Commencement Speech

To my dear students, Class of 2010, Escuela Argentina of Washington, DC:
Lara Bes, Carolina Galdiz, Carolina Fermoselle, Julián Palau, Juan Manuel Segura, Luciana Giorgio, Melissa Minniti.

Léalo en español

And here we are, 14 years later. But, didn’t a famous Argentinean say that 20 years were nothing? Of course, he spent them in Paris. I know you want me to give an endless speech, but I’m going to disappoint you. I’m only going to tell you three things I have told my students a million times in the last years: think, think, think.

1. Think, so that you free yourselves and help to free the world from the chains of bigotry and superstition that condemn us to eternal conflicts and futile hatred.
2. Think, so that you question everything that you are told with too much certainty but little evidence.
3. Think, so that you don’t repeat like parrots old truths and so that you value life experience over precepts.

And when you oppose hackneyed truths and traditions, do it with conviction and strenght. Don’t allow us, the old generations, to limit your horizon. Don’t allow our fears to curtail your wings or our prejudices to limit the flight of your mind, the expansion of your soul. It is not true that the past was always better. To assume that the past was better means that men’s actions are vain and that you are not agents of history. The future has to be better because you will build it better. Listen to us, yes, but with critical ears, because the current state of the world leave plenty to be desired regarding the ability of past generations. Don’t be afraid to imagine a different world in which the strong can still be good and where the happiness and confort of the few are not borne by the missery of the many. And when they tell you that life has always been like this, answer that the only thing that has been constant in history is change and that the greatest social transformations have occurred when young people like you have said: what has always been has been wrong and doesn’t have to continue. Just think how many things society thought of as Gospel look to us now as incredible absurdities with the evolving standards of decency that mark progress in a maturing society.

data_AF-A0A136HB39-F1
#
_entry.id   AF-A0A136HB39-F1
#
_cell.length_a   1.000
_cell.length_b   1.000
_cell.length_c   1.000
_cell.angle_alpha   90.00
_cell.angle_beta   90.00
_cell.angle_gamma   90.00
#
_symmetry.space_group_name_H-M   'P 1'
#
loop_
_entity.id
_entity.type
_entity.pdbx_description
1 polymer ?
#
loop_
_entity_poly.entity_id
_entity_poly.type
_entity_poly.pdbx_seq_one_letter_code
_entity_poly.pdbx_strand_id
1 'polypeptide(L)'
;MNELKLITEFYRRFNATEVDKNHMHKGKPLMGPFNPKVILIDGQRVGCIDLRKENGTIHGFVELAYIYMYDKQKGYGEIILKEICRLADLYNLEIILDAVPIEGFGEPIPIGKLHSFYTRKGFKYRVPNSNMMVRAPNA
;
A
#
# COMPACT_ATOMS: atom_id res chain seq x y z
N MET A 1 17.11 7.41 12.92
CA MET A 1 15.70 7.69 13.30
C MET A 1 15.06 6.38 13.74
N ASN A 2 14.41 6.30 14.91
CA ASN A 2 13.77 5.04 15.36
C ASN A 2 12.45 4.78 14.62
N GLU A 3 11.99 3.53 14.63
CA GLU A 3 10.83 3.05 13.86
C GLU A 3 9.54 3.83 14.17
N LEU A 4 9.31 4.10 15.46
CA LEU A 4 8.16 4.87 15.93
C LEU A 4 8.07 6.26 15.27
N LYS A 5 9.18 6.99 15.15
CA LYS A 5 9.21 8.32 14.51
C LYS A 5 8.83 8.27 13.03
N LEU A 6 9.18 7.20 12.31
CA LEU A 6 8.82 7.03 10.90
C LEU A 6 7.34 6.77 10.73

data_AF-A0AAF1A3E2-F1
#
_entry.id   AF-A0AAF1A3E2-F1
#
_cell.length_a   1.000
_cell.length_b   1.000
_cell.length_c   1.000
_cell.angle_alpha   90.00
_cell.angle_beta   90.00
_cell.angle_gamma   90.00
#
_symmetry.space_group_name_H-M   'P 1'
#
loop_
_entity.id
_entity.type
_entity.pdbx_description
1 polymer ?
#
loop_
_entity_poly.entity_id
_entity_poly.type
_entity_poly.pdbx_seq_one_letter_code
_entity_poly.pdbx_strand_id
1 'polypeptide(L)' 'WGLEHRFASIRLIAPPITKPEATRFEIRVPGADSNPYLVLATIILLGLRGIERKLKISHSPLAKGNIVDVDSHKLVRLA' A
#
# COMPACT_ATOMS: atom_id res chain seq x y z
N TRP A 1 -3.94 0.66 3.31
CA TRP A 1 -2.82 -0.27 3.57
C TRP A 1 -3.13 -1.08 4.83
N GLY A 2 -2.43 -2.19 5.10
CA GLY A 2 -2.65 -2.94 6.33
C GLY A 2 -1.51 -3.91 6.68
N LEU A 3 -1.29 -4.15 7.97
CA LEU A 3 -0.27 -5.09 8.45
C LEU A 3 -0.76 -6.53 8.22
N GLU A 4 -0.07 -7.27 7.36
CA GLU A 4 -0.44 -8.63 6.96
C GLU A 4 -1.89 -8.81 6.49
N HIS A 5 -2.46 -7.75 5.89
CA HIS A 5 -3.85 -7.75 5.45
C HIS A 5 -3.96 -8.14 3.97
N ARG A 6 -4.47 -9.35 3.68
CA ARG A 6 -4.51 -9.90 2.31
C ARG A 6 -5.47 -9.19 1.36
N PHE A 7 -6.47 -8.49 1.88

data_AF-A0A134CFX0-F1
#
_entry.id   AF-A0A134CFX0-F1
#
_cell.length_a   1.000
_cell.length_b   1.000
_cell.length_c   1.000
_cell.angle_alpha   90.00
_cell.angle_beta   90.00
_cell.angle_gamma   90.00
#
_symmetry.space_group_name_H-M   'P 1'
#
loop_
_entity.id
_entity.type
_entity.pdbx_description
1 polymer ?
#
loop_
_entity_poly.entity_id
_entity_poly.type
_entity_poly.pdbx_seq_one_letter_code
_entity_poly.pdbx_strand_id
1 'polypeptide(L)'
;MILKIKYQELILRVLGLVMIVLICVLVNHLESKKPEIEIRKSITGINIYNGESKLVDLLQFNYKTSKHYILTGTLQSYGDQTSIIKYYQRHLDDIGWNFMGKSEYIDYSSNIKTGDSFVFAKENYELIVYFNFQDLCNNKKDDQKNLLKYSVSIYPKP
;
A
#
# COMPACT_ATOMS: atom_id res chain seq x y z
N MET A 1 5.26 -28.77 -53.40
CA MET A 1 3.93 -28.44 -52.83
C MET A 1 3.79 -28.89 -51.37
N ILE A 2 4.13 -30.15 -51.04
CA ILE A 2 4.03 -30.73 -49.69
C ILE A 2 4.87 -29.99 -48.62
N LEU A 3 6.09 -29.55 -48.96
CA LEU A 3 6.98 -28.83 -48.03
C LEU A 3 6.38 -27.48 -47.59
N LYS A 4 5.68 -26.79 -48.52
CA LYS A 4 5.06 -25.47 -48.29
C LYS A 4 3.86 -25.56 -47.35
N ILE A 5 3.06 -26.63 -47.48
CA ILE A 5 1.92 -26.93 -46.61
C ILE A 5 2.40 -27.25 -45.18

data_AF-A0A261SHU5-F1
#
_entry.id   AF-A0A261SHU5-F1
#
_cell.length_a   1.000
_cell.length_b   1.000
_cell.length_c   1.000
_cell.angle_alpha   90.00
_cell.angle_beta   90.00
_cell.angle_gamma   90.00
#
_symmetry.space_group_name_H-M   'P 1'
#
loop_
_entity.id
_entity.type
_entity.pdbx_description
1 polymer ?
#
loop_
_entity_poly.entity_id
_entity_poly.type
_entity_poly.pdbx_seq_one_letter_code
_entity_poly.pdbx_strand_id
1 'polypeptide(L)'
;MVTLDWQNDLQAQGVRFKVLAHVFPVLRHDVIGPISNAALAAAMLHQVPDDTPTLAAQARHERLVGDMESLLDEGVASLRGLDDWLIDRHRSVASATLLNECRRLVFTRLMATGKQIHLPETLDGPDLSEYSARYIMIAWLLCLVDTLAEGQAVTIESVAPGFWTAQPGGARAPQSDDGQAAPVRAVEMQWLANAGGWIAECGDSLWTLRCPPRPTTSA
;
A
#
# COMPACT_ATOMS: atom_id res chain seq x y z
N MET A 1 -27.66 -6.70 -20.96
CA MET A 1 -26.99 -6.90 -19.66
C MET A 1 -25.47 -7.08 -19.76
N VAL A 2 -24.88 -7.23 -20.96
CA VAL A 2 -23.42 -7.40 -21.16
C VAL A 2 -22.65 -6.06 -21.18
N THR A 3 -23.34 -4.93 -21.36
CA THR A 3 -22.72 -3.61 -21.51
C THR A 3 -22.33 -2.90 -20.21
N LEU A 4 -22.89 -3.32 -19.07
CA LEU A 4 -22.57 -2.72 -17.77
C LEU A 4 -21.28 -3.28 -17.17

And, what about love? What can I tell you? We have spoken about love a lot during these years. We have talked about the terrible loves of people who didn’t know themselves and were looking in lust for an answer to something they could only find inside themselves. People like Rebeca or the Colonel Aureliano Buendía, who as he faced the firing squad remembered that distant afternoon when his father took him to discover ice. The love of people condemned to one hundred years of solitude and without a second opportunity on earth. The love of Penélope and Julián carried a weight too heavy for their young souls. The love of Daniel and Bea found its purpose in helping others to find answers. I wish you find yourselves so that you can find the truth.

Flee from the easy, because only the difficult is exciting. Everything that is serious is difficult, and everything is serious. Remember Rainer Maria Rilke’s advice: that something is difficult must be one more reason for us to do it.

For instance, it’s easy to believe that brave people are good and cowards are bad. But if that was the case, the good ones would always win, easily. Think of Fermín who was so afraid of Fumero but overcame it to defend his friend. Think of Fumero, who had no fear…or scruples. Men and women are complex and it is that complexity that makes us human and what makes life worth living.

When I was writing this good bye of sorts, I remembered the poem of Borges we recited in the Maratón de poesía three years ago: “What can I hold you with?” I imagine that’s what I want to ask you now. What can I hold you with? And, like Borges, I only have empty words, warring grandfathers and memories that fill the air but are useless to stop history, that is, your history. I can offer you news about yourselves that I presume to know but that are only based on having being your age a couple of centuries ago. What can I hold you with?

To you and to your parents, for the privilege of sharing with you these years I can only dedicate the luminous word of the offering: thanks.

Your teacher, Isabel M. Estrada Portales.
Léalo en español


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